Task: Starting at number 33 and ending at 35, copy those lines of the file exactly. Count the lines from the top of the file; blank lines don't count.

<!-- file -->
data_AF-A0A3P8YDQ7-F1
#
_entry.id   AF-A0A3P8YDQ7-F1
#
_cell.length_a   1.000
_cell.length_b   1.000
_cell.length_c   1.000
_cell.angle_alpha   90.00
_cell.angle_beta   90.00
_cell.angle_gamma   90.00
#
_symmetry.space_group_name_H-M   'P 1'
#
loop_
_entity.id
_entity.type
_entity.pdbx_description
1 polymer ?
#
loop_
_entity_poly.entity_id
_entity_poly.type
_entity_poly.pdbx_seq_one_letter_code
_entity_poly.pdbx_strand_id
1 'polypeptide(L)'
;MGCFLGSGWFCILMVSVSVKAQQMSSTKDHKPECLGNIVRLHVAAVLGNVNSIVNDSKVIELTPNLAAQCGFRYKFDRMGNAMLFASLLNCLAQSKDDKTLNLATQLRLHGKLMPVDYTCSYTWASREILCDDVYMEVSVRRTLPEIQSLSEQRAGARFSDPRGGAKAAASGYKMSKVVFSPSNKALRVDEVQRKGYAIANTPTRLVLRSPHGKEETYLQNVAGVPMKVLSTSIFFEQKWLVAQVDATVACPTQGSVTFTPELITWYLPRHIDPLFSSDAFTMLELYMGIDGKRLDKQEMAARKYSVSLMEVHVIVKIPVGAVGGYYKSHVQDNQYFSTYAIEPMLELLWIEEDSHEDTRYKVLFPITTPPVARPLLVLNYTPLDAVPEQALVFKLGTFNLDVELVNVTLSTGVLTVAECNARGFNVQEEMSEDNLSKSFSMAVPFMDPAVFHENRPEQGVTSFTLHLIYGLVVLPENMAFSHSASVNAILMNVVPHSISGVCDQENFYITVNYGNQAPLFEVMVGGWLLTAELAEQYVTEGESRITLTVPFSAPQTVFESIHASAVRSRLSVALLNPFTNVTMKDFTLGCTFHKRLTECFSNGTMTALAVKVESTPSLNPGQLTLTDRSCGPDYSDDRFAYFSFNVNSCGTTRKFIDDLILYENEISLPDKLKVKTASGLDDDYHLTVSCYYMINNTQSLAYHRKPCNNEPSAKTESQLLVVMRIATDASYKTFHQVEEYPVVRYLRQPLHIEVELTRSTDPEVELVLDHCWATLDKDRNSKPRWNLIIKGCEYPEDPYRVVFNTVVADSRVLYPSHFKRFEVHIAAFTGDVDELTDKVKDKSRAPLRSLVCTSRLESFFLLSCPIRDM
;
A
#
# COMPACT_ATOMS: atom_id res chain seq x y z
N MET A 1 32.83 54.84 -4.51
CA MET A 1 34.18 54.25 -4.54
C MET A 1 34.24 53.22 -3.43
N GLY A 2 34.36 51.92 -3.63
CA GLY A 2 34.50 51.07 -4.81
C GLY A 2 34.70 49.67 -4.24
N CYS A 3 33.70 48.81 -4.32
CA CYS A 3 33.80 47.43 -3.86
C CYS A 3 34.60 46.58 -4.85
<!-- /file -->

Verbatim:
C MET A 1 34.24 53.22 -3.43
N GLY A 2 34.36 51.92 -3.63
CA GLY A 2 34.50 51.07 -4.81